The resulting microporous film has an improved morphological structure relative to corresponding microporous films prepared from polymers having no nucleating agent and/or having molecular weight distribution ratios, and melt indices outside the ranges of the present invention and under a given set of "solvent stretch" conditions.
In another aspect of the present invention there is provided an improvement in a "solvent stretch" process for preparing an open-celled microporous polymeric film from a non-porous polymeric precursor film being composed of a crystalline polymer having both an amorphous and a crystalline component. The improvement comprises incorporating a nucleating agent into a crystalline olefinic homopolymer in an amount at from about 0.01 to about 10% by weight of the polymer to obtain a precurser film having a smaller spherulite since relative to a precursor film prepared from a polymer which lacks a nucleating agent, under a given set of processing conditions.
FIGS. 1 through 10 are photographs taken at various powers of magnification using an optical microscope and a polarized light source, of polyethylene microporous films prepared by the "solvent stretch" process.
The present invention relates to a process for improving the morphological structure of a microporous film prepared from a precursor film of certain defined characteristics by the "solvent stretch" method as defined herein. A microporous film of improved morphological structure prepared in accordance with the "solvent stretch" method is one which is characterized as having at least one of the properties of porosity, permeability and film thickness enhanced.
It has been found that these enhanced properties may be achieved by controlling the initial crystalline structure of the precursor film utilized in the "solvent stretch" process.
One advantage of controlling the crystalline structure of the precursor films described herein in the manner described is that it is possible to increase the rate of production (e.g., increase strain rate) of the microporous film prepared therefrom while still achieving films having acceptable porosity and permeability. Thus, by controlling the crystalline structure of the precursor film employed in the solvent stretch process, such precursor films become more readily susceptible to the solvent stretching technique and a more efficient process is obtained.
An additional advantage of the present invention is that it permits the use of thicker films. Thick films cool down more slowly and thus can develop large spherulites. Large spherulites cause problems in the solvent stretch process as described herein. Since certain applications require thicker film the present invention provides microporous films of greater versatility.
The parameters which have been found to influence the control of the crystalline structure of the precursor films employed in the "solvent stretch" process in the manner desired include melt index, molecular weight, molecular weight distribution, type of polymer selected, and presence of nucleation sites.
It is known that crystallizing polymers are capable of forming very perfect structures, e.g., unit crystals with regular external faces, as well as less perfect structural forms referred to as spherulites. The fundamental building blocks of each of these structures are arrays of folded polymer chains called lamella. In the more perfect structures, which typically can be formed when the polymers are crystallized under high axial stress, such as in the simple extrusion of thin films, the lamella are aligned in rows parallel to the direction of stress. In these rows the surface planes of the lamella are perpendicular to the direction of stress. This type of morphology is referred to herein as a row nucleated structure or row lamella structure and is considered a highly oriented structure. These lamella are interconnected by short fabrils which create web-like interlamella linkages between the planar surfaces of the lamella.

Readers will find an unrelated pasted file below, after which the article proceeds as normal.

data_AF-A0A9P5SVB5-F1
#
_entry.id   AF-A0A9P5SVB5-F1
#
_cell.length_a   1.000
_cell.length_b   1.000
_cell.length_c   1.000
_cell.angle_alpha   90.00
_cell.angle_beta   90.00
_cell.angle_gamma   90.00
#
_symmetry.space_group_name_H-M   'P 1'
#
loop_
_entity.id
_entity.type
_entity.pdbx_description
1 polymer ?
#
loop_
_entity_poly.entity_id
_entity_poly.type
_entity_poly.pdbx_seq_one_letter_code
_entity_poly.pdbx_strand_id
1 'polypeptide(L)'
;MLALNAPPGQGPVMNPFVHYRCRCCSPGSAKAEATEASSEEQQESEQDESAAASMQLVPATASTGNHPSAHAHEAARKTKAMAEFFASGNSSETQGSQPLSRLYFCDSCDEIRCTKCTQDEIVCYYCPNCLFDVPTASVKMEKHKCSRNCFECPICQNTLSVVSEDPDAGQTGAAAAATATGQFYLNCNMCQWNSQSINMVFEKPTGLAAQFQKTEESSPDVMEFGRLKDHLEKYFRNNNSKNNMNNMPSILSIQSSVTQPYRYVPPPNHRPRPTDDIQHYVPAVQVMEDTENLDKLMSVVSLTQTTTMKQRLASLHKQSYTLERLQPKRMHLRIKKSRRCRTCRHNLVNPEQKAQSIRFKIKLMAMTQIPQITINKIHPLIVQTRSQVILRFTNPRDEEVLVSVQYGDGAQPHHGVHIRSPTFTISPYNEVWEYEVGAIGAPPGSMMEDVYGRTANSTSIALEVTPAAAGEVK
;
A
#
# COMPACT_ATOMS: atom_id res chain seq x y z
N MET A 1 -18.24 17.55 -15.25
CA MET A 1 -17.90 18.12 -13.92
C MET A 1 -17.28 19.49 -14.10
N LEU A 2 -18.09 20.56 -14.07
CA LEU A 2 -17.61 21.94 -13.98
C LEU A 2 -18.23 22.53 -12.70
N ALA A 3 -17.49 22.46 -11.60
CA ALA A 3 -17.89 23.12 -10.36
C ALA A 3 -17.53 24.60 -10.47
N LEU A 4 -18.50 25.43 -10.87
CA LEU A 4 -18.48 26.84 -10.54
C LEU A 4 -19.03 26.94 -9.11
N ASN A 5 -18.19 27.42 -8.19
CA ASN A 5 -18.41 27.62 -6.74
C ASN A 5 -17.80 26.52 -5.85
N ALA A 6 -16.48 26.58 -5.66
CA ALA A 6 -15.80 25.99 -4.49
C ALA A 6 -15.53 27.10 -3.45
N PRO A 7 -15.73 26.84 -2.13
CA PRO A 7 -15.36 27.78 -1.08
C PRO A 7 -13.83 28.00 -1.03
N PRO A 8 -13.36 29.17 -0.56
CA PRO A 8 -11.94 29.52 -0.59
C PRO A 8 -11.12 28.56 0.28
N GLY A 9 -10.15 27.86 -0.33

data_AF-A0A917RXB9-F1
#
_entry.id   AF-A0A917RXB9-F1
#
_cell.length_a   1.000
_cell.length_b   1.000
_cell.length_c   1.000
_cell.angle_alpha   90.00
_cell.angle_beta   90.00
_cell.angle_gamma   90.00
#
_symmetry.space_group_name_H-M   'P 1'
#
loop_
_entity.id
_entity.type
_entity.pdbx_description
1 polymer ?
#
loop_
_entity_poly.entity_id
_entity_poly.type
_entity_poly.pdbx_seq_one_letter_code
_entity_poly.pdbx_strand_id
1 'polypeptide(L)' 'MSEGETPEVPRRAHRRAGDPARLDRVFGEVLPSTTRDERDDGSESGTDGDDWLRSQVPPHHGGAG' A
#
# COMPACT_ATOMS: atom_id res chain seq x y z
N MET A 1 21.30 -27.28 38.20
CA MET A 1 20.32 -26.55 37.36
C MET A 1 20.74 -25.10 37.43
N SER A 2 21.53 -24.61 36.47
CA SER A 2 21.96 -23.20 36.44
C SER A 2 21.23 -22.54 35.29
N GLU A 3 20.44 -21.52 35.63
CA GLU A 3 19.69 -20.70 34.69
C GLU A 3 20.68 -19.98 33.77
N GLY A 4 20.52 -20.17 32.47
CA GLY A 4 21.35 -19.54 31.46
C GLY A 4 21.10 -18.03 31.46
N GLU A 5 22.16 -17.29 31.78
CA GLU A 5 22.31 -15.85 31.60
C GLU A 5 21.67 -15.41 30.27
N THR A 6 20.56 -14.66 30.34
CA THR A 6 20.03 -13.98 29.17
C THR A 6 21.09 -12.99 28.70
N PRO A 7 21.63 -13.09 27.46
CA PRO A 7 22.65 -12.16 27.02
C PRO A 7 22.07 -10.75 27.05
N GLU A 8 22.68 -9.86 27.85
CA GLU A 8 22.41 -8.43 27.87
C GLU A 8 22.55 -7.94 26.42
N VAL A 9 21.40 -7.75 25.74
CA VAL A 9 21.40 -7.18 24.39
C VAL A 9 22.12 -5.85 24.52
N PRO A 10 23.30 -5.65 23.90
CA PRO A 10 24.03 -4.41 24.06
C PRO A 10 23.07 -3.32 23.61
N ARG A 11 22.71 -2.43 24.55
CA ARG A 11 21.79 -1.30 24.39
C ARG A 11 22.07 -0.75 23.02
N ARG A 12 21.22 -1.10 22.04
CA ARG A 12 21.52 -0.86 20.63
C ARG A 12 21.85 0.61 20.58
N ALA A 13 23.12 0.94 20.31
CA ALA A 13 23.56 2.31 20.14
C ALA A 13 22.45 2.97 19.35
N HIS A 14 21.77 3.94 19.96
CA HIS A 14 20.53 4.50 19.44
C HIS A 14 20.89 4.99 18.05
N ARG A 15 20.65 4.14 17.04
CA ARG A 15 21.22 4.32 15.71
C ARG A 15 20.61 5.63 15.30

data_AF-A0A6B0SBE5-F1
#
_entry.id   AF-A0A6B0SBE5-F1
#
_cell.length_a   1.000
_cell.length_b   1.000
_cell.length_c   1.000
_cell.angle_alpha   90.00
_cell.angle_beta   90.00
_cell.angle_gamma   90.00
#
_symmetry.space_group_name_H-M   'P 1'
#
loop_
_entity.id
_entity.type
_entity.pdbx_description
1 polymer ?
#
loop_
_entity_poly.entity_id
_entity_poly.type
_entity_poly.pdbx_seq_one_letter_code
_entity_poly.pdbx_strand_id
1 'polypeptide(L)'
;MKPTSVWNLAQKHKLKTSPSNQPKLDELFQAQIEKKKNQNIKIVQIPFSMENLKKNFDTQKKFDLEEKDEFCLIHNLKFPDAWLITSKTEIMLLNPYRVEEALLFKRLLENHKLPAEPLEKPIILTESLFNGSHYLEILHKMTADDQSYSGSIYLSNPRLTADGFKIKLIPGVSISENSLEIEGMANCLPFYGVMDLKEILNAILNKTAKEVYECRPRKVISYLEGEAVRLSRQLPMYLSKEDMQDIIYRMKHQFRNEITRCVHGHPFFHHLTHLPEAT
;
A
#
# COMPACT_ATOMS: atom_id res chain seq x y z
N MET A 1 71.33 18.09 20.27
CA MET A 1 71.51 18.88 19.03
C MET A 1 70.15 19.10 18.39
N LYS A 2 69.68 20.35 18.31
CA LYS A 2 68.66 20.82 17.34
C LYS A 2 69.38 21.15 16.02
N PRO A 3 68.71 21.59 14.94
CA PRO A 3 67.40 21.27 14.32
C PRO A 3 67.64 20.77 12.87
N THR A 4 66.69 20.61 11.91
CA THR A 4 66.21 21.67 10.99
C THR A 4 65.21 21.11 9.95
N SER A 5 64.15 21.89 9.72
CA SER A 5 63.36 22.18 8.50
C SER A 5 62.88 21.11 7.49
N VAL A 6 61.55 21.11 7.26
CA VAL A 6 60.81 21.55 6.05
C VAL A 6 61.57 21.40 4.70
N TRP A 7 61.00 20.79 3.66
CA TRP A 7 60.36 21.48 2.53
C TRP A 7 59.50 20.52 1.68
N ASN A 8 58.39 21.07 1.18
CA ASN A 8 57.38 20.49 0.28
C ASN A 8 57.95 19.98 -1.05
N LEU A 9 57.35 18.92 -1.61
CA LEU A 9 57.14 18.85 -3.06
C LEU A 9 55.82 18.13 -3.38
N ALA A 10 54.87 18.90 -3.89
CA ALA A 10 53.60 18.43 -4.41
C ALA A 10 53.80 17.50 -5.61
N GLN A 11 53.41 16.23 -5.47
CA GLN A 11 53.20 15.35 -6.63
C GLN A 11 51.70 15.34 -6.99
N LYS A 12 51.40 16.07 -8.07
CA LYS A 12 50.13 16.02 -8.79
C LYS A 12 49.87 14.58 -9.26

Spherulites, on the other hand, are crystalline structures wherein the lamella are arranged in a radial fashion around a central axis like spokes on a wheel. Spherulites can vary in size and may be quite large, e.g., up to several millimeters in diameter. In most cases, they are visible under an optical microscope. Films which possess an increasingly larger number of spherulites are characterized as possessing decreasingly lower orientation.
It is believed that it is the spherulitic crystal structures of the precursor films which respond to the "solvent stretching" process under conditions of low stress to yield microporous films. Consequently, the greater the number of relatively small spherulites which a precursor film possesses, the higher will be the permeability of the microporous film. Conversely, the greater the predominance of the row nucleated structure in the precursor film, the greater the reduction in permeability of the resulting solvent stretched microporous film since this type of structure does not appear to respond to the "solvent stretching" process to form a permeable film.
At the same time, the formation of large spherulites in the precursor film tends to reduce the total number of spherulites therein and increases the probability that the precursor film will split when "solvent stretched".
It has been found that by controlling the melt index of the polymer employed to prepare the precursor film, the crystalline structure which develops therein can be made to favor the spherulitic type rather than the row nucleated type and the size of the spherulites can be kept small.